There is something beautiful, charming, and disturbing about Abderrahmane Sissako’s 2014 film Timbuktu. In many ways, Timbuktu is a contemporary Yeelen; both films sought to represent the realities of an African often unseen by Western audiences, yet nevertheless, in the process, fix their gaze on that Western audience, perhaps, to the expense of the African public it seeks to represent. And this is truly a dead horse in African cinema studies – the question of African cinema’s inherently Western-bound gaze – that need not be further beaten in this response, although part of the reason I believe Timbuktu to be an exemplary film, not only in the field of African cinema studies, but in film studies writ large, is precisely because of its curious relationship to reception. Given that cinema studies is a vastly American intellectual community, and that the United States remains the hub of cinema criticism, scholarship, and innovation, Timbuktu represents a film whose reception and production allow us to better understand the surprisingly dour relationship between American film publics and critical bodies and non-American, non-Western political aesthetics. Sissako, for one, has never been one to yield to the cinematic expectations which filmgoers are prone to carry with them to the film festival or to the screening. One of the most recognizable marks of his auteurship is the ambiguities of plot in his films; as in Bamako, where the central “plot” is the ongoing trial against neocolonial financial manipulation in Africa, flanked by vignettes of a failing marriage, the disappearance of a police officer’s gun, a bedridden man, and fabric dyers, Timbuktu’s “plot” (Kidane’s accidental killing of Amadou and his subsequent trial and execution) is perhaps its most uninteresting element. From the beautiful cinematography which captures the soft transitions between Sahel and Sahara (for desertification in Northern Mali is an undertone which sings beneath the more palpable discourses of the film), to the artful mélange of humor and tragedy which gives the film a dynamism perhaps only attainable by the documentary, Timbuktu is an exemplary film in almost every way, demonstrating to the Western audience something nuanced about life in Africa, particularly in a political climate often beclouded by American media.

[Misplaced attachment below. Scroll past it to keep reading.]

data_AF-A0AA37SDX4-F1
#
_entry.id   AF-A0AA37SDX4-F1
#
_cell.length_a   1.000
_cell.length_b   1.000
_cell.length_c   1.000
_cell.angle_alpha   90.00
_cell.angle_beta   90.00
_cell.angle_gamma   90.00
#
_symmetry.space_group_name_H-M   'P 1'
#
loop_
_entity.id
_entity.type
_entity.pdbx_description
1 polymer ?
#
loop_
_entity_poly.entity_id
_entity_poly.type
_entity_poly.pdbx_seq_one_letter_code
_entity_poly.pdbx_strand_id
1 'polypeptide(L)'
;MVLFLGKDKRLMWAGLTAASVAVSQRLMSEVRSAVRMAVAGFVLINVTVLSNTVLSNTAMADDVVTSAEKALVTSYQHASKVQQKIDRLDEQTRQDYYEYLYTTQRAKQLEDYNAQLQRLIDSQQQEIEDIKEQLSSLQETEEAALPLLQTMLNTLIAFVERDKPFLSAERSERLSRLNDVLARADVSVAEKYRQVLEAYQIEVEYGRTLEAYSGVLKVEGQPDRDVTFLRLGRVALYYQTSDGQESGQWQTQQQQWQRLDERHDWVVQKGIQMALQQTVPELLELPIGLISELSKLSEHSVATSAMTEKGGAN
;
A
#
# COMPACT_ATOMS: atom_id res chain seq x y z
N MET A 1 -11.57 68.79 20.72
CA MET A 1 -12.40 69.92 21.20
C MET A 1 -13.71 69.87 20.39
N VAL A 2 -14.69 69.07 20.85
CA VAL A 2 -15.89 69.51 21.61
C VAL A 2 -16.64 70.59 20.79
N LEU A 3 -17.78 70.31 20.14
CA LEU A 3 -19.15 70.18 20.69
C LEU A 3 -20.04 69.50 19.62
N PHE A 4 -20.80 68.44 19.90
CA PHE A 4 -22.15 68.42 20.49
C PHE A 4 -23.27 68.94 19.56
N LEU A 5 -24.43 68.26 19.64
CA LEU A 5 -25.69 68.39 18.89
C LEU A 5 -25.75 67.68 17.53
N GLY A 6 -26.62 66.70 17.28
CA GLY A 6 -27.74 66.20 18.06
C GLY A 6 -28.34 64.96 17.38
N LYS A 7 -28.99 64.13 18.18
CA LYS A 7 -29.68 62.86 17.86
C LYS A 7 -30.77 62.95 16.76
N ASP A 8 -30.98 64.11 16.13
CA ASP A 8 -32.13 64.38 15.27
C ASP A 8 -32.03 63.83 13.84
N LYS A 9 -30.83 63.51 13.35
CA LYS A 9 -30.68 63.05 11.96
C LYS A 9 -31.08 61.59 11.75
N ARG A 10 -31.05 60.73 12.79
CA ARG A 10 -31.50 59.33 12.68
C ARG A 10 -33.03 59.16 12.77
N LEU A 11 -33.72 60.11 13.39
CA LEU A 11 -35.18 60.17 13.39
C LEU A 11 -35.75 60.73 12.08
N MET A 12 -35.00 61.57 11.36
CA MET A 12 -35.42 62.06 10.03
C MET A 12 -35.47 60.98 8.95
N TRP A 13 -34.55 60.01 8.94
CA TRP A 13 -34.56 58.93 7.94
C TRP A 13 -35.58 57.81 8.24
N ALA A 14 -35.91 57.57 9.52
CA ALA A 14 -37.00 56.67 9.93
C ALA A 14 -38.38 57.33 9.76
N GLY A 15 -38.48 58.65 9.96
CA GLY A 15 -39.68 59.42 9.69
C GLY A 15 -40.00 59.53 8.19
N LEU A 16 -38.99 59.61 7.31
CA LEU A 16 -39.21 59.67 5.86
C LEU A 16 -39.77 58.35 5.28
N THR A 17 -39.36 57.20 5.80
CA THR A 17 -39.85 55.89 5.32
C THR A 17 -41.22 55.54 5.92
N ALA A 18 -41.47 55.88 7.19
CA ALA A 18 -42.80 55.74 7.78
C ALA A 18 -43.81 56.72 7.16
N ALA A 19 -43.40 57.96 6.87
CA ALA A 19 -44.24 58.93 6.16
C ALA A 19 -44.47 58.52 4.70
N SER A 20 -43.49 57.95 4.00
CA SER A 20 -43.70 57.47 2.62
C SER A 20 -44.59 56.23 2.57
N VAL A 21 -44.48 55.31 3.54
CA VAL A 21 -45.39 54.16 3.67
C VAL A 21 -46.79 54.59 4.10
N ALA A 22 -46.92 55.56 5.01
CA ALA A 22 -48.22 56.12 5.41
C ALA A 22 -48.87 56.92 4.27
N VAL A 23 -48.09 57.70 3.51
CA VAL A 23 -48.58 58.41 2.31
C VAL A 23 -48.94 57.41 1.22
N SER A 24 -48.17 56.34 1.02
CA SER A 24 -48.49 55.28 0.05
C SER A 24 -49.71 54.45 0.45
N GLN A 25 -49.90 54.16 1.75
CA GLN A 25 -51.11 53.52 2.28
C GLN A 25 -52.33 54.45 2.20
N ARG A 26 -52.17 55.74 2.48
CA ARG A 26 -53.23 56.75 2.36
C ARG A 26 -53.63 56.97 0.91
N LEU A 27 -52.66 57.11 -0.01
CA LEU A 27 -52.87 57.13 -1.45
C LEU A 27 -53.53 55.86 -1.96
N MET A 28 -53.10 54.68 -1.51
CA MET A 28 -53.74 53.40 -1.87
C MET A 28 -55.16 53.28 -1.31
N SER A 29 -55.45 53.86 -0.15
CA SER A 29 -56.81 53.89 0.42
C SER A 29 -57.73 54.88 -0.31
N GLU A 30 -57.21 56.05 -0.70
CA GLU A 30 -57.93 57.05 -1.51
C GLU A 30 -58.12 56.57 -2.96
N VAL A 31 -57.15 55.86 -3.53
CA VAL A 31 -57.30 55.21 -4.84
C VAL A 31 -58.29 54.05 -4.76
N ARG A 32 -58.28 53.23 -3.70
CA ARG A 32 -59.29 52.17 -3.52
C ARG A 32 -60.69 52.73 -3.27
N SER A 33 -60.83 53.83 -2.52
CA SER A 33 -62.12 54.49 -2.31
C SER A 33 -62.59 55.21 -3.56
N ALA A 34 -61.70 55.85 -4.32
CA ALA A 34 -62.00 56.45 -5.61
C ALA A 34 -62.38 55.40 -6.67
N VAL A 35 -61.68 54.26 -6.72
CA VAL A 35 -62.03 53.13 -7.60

Continue reading Deconstructing the human in Abderrahmane Sissako’s Timbuktu
Hello. I haven’t been meeting my writing goals for the semester. A past version of myself would have taken this as an excuse to kick myself, but recently, I’ve been feeling different. Not necessarily good, or bad. Not detached, not removed. Yet, away. It’s weird and hard to explain. It’s a good feeling, insofar that it’s different. I haven’t had much time to write to you, and that has been somewhat disheartening, but I have been busy taking care of myself, getting things in order, fleshing out my ideas, seeking out resources on how to live and be well in this body of mine. The rhetoric I have begun to critically engage could to some seem quite alarming – existentialism, the philosophy of madness, the ethics of suicide – but in many ways, it has been a long road to this point of clarity in my life. As I grow older, I am becoming aware of the great knots in my life. The road to wellness, to self-acceptance, is circuitous and winding; it does not cross, does not undo, the knots, so much as make us aware of their presence, of the means by which they constitute life’s journey. I cannot undo the past, nor can I manipulate it. All that is in my power is to come to terms with what is and cannot be, with I have done, and what has been done to me.
Continue reading theorizing madness